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Thursday, 4 October 1984
Page: 1251


Senator KILGARIFF(6.16) —In speaking to the Flags Amendment Bill 1984, which was introduced by the shadow Attorney-General, Senator Durack, I support the view of my colleagues and the vast majority of Australian people that our national flag, which flew first in 1901, has become the symbol and standard of the Commonwealth of Australia. It is the flag under which Australians have fought and died, and there can be no greater example of the strength of feeling for the flag and what it has come to represent to Australians than the example of those who laid down their lives under that flag in many wars. Happily, today the flag is not called upon to provide a symbol for Australian soldiers. It is much more likely to be raised as a standard for victorious athletes. For example, the familiar Australian flag which was raised in recognition of the victories of our olympians in Los Angeles recently has come to represent the diversities within Australian society as much as our history.

Those who oppose the retention of the Australian flag or oppose alternatives have suggested that it does not reflect the increasingly diverse nature of the Australian population. That assertion does not appear to be supported by the surveys conducted to gauge attitudes towards the flag and the suggestion that it might be changed. In the Northern Territory, for instance, a private poll revealed that only 40 per cent of people were in favour of some change to the flag while 60 per cent of those polled expressed in very strong terms the view that the flag should be retained. In a poll conducted by the Bulletin, of which mention has been made, 66 per cent of those surveyed were in favour of retaining the present flag and in another gallup poll 61 per cent were in favour of retaining the flag. This is a quite reasonable majority of people.

I submit that amongst those people polled one would find a fair proportion of people who were either not born in this country or whose parents were not born here. It is ludicrous to suggest that those people would not be able to identify or feel an affinity with our flag. The clear indications are that most Australians not only have no desire to change the flag but also feel very strongly indeed that it should be retained. That is what this amending Bill is designed to do, and I congratulate Senator Durack for introducing it. The amendment will protect the flag which Australians obviously wish to retain.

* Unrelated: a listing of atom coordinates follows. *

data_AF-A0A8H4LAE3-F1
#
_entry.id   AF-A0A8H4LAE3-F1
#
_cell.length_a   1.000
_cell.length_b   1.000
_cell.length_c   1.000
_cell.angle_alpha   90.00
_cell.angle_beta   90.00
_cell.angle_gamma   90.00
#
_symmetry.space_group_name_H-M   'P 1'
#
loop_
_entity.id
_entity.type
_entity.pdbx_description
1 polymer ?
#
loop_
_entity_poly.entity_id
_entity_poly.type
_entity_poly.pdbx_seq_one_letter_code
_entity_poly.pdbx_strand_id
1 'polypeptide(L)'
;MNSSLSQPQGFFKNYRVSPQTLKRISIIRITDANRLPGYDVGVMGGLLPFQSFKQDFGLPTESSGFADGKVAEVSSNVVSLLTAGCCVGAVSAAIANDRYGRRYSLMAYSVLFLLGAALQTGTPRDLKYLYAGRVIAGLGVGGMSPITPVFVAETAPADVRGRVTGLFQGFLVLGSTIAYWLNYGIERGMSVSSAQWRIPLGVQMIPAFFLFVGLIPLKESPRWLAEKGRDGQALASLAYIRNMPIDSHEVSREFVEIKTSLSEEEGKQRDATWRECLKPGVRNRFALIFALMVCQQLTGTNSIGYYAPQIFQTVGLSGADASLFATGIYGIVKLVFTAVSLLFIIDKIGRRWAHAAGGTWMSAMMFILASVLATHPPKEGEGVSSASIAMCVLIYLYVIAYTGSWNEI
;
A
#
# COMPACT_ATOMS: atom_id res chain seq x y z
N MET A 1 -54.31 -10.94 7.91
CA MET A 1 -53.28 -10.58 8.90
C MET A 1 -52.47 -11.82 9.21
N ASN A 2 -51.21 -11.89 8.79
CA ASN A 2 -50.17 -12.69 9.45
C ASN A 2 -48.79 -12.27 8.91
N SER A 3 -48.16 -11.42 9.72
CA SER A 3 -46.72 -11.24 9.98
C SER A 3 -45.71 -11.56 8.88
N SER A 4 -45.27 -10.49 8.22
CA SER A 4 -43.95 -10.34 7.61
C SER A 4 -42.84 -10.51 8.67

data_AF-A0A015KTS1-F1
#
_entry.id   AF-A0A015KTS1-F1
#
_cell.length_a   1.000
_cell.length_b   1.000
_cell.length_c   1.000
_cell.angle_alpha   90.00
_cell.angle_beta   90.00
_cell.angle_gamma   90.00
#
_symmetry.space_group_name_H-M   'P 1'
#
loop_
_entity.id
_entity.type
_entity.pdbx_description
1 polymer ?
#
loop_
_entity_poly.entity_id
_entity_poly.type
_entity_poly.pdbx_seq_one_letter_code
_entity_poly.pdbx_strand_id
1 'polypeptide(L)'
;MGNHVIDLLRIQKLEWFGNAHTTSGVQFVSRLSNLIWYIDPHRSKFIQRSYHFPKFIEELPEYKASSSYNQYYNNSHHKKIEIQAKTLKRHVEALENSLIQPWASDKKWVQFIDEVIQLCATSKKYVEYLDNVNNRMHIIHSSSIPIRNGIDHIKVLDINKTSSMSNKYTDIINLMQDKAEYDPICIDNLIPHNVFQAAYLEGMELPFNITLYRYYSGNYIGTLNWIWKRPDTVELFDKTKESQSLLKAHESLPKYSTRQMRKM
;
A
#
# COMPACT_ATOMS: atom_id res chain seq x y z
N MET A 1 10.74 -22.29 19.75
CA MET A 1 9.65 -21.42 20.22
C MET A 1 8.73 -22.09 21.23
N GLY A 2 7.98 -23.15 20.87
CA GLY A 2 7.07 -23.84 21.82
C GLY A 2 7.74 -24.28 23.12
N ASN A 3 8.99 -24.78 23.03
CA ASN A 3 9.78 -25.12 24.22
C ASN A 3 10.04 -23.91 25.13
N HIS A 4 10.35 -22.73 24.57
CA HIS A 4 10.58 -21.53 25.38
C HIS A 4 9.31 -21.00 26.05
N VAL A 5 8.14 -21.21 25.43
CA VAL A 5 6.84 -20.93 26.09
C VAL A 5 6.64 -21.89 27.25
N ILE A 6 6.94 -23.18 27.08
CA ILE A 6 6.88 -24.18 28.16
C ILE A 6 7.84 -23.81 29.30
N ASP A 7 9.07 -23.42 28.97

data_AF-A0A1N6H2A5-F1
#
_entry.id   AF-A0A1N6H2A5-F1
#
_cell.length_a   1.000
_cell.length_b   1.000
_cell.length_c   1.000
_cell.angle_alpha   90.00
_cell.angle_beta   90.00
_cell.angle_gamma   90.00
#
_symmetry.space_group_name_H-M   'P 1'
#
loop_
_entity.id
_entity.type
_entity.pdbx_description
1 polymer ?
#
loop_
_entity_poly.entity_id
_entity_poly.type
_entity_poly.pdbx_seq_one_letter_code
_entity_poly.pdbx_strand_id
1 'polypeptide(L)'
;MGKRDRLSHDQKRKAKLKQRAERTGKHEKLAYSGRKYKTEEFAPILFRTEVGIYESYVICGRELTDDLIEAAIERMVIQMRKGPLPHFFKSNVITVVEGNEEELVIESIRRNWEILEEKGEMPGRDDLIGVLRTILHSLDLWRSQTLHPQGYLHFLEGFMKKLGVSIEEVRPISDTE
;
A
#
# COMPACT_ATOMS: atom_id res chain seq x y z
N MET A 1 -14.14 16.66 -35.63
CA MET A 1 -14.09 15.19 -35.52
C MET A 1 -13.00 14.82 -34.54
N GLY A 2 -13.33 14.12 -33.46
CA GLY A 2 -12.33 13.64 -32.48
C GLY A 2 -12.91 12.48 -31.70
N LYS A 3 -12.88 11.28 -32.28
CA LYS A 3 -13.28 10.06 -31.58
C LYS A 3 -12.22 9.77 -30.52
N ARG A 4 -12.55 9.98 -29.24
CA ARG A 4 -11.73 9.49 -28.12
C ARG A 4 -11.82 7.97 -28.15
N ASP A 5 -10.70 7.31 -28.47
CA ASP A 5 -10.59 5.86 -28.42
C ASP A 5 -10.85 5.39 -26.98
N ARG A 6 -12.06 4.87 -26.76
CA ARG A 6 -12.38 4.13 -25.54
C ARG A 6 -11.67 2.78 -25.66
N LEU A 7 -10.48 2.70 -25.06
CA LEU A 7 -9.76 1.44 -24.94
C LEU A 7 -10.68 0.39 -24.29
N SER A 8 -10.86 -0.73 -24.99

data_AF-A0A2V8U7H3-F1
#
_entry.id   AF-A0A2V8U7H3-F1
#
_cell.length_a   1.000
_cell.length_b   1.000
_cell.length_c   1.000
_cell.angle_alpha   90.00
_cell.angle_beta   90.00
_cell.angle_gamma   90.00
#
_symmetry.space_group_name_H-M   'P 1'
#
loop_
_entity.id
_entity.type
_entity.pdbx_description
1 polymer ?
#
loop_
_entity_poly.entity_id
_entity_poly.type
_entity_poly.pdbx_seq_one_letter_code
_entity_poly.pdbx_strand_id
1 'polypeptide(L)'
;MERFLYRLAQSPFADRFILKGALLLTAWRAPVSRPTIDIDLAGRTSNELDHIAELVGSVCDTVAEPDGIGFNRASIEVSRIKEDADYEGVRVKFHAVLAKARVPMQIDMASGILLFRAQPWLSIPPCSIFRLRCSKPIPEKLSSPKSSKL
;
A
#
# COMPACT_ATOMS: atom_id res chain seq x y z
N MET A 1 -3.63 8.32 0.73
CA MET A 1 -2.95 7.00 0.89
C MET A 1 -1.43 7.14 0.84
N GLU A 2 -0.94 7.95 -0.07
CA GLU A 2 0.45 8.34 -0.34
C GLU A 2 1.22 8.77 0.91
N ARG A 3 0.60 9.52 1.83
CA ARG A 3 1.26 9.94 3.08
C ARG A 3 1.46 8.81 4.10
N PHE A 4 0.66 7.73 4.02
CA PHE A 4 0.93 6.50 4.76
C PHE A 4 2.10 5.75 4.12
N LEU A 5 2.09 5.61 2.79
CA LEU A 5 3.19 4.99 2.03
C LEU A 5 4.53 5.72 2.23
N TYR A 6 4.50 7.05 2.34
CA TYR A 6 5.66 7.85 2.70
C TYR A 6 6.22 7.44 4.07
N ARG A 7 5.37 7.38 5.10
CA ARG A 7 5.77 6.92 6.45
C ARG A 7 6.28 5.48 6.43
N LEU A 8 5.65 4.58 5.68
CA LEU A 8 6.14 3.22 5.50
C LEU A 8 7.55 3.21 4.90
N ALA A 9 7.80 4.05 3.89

Earlier this year the Hawke Government, without discussion, changed the national anthem from God Save the Queen to Advance Australia Fair. It apparently did not consider that the Australian people had a right to be consulted on the issue. This Government of consensus is apparently prepared to extend that principle only as far as it suits it. Under the previous Government the Australian people were at least accorded the right to express their preference for a national song. They chose Advance Australia Fair. That song should not have been elevated to the national anthem without a similar poll being held. The Australian people were not accorded an opportunity to express their opinion.

The refusal of Government senators to accept this amending Bill can be taken as an indication that the Government very likely has similar ideas about changing the flag, without recourse to the opinion of the Australian people. This whole question extends further than the flag and the national anthem. It reflects on the fact that we have a socialist government which is determined to downgrade our ties with the United Kingdom and the monarchy in general. Another example of this downgrading is apparent in the supply of Australian flags to schools and community groups. This incident has apparently happened recently. The previous Government used to present not only flags to groups such as those I have mentioned but also a cassette, one side of which contained God Save the Queen and the other side Advance Australia Fair. God Save the Queen has been dumped.


Senator Grimes —Did we not have a referendum?


Senator KILGARIFF —I have covered that situation. No doubt the Government has it in mind to replace the present flag with a symbol such as the Eureka flag. That flag flies these days over strike bound building sites. One wonders which Australians that flag represents. This amendment to the Act will strengthen and reinforce the flag as the standard of the Commonwealth of Australia, the Government and our nation. I say that the Government's opposition to this amendment shows clearly that it intends to attempt to alter the flag. This amendment would not totally preclude that possibility. All it asks is that before any such change is effected, the Australian people are consulted.


Senator Macklin —You don't even know yet.


Senator KILGARIFF —Apparently there has been a strong indication. As I was saying, I believe that the Australian people should be consulted, and they have every right to be consulted. I say to Senator Macklin that we will give them a chance. A rejection of this Bill will demonstrate the Government's contempt for the rights of Australians and show up the intentions which lurk beneath the Government's veneer of consensus. I strongly support this Bill, as have others this afternoon, which was introduced by Senator Durack, the shadow Attorney- General. I believe he is to be congratulated for bringing this very important matter before the Senate and giving the Senate the opportunity of expressing its views and, I believe, the views of the majority of Australians.